Whether you are working on an entirely new venture or brainstorming new features for your current product line, it can feel extremely overwhelming. The uncertainty of how your solution will translate with consumers can paralyze even the most ambitious of entrepreneurs. And while there is no guarantee that your idea will be a hit, there are foundational questions you ask yourself to decide whether or not to move forward with the idea.
1.) Who are your customers?
Although it is tempting to start iterating on a solution right away, take a step back and consider who your customers would be. Go beyond generalizations and blanketing statistics, and get as granular as you can with who they are, what they do, how much they make, and why your startup can solve their problem.
After you have clearly defined the customer, go out and get in front of as many people as possible, at minimum 100, and have a conversation. Frame the questions as a research project and only mildly touch on the pain points you are trying to solve. The point of these conversations is not to pitch your solution, but to understand what your market needs. Taking the time to validate your idea with the intended customer segment can help prevent unnecessary headaches, wasted resources, and broken spirits.
If you cannot scrape together 100 people in your target market it may be time to reevaluate the idea. Going through this process will also help you hone in on what your unique selling proposition (USP) would be if people seem to share a common pain point.
2.) What is your value proposition?
Once you’ve had some conversations with your intended market, you will hopefully have gathered some insight on what your solution could be. Consider these questions when determining your value proposition:
-Is the problem you are addressing unworkable? Does the solution fix something where there are real, measurable consequences of inaction?
-Is the problem urgent? Is it a top priority for your market? Is it so urgent that they would pay for a solution that solves this issue?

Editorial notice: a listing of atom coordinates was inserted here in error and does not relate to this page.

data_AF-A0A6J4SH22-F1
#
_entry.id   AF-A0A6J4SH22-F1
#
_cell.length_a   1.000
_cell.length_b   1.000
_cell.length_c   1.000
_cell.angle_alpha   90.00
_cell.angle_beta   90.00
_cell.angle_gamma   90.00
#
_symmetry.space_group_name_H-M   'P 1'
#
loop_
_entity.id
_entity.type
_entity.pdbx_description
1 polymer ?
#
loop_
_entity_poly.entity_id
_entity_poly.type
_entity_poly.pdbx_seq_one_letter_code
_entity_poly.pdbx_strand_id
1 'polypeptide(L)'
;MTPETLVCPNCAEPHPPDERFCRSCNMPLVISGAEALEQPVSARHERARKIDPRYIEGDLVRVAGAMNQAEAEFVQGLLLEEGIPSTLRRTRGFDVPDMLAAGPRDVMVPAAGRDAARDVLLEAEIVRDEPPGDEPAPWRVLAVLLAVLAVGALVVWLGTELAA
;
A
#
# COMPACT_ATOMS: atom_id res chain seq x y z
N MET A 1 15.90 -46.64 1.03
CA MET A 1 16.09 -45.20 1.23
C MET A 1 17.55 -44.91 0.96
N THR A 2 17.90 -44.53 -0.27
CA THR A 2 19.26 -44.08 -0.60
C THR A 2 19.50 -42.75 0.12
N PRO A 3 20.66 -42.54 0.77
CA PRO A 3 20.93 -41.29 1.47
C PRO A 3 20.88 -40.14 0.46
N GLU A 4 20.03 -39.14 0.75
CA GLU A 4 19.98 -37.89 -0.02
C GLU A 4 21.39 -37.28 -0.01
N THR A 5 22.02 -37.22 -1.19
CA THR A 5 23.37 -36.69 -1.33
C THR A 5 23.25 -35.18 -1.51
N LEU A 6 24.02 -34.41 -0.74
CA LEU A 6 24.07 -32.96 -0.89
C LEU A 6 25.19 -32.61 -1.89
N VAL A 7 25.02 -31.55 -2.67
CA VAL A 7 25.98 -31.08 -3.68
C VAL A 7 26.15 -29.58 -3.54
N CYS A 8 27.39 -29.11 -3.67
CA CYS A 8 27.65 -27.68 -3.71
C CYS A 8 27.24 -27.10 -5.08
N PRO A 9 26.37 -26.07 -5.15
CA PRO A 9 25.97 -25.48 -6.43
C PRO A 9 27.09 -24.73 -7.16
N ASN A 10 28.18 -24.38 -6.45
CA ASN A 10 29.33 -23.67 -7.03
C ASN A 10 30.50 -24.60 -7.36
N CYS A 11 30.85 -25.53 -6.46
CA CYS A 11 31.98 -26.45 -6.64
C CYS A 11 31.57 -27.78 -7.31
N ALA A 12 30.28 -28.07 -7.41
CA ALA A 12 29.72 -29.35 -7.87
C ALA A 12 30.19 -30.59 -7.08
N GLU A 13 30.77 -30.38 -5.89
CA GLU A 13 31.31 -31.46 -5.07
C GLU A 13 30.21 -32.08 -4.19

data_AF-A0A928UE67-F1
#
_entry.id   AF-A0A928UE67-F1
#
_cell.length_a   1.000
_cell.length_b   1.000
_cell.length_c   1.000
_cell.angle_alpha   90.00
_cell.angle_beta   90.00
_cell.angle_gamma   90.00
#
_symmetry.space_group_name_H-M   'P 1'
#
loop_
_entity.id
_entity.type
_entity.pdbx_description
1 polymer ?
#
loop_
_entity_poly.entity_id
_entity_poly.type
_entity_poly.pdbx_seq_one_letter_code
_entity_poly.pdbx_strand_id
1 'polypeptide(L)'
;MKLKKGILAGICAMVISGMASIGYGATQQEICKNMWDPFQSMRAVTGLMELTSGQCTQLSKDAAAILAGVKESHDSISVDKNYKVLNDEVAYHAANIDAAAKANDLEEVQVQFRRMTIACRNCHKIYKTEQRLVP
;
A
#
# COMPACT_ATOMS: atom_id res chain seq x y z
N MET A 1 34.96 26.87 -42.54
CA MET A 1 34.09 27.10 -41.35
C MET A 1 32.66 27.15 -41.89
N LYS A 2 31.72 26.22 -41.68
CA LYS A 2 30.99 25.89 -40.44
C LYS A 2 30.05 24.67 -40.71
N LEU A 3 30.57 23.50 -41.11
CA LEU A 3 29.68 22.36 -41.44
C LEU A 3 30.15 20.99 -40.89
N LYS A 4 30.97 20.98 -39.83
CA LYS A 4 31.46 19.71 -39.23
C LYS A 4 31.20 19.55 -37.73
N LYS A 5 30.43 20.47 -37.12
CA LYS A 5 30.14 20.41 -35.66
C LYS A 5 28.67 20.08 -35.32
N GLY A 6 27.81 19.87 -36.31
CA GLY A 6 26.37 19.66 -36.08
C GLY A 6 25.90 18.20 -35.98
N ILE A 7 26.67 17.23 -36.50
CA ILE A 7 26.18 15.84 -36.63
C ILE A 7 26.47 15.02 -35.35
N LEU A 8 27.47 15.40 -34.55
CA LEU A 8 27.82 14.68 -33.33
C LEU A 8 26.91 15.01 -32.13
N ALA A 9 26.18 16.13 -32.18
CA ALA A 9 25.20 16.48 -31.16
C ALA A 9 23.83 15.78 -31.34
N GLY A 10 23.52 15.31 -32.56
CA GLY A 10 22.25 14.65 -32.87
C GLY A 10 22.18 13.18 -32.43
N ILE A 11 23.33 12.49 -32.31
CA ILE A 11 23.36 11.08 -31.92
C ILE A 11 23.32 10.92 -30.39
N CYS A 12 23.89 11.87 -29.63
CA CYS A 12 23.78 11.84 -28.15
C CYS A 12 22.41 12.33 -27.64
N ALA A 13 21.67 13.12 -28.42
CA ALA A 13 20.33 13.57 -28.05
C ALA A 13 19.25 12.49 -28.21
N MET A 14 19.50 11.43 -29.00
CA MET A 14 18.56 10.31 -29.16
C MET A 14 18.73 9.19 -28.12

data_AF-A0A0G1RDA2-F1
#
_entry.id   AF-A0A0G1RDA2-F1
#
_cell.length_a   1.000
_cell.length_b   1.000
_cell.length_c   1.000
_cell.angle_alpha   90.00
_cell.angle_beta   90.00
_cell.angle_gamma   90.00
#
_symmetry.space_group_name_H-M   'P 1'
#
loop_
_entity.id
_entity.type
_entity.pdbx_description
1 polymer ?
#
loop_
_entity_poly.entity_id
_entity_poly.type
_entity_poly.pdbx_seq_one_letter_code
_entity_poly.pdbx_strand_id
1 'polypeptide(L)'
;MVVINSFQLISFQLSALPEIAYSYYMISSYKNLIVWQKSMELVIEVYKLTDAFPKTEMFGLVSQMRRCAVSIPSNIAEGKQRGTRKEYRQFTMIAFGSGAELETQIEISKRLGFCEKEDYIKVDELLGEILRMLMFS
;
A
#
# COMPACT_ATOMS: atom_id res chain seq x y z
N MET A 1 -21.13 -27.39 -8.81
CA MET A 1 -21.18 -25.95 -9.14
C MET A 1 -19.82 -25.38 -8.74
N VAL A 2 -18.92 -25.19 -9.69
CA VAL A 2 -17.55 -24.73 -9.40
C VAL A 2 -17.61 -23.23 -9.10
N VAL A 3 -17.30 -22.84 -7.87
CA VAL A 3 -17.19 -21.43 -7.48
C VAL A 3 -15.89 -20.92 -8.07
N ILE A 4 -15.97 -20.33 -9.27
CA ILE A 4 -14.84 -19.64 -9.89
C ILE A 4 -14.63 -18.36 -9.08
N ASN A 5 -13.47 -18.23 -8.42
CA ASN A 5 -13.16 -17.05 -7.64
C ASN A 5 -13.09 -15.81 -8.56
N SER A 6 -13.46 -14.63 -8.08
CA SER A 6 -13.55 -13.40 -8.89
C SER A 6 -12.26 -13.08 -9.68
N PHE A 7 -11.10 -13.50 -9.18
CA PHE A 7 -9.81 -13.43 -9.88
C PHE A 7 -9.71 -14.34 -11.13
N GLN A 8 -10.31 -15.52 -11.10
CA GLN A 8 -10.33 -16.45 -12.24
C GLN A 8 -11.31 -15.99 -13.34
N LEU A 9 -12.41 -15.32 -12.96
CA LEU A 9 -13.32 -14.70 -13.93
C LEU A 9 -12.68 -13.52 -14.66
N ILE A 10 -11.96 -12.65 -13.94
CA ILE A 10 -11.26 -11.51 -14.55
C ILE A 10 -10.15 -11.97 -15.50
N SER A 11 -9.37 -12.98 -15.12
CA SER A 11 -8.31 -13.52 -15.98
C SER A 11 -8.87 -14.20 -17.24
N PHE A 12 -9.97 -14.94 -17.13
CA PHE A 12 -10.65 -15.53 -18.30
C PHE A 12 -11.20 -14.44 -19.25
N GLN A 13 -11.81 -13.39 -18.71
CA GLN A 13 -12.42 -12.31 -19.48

-Is the problem underserved? Is there a lack of accessible, viable solutions to the problem you want to solve? Do your homework on the existing solutions and potential competitors and assess how they are doing.
You may also realize that though there is a compelling need for the market you want to sell for, the size of the market may not be worth the effort compared to other ideas you could pursue.
3.) How will you make money?
All of your time and efforts may be for naught if you cannot answer this foundational question. Investors will ask this question every time, and you should be able to articulate your business model if you want to take your idea further. Consider all of the ways you could make a profit. If you are a software as a service, purely ad-based revenue may not make as much sense as a monthly subscription that scales based on usage. Though the business model may change as your startup grows and potentially pivots, you need to understand what financial model will get your idea to the next stage. Investors understand that when you pitch, you may have not yet made any money. However, it is reasonable that if you want to raise capital to get your startup idea off the ground that you can explain how you will recoup their investment in addition to a favorable ROI.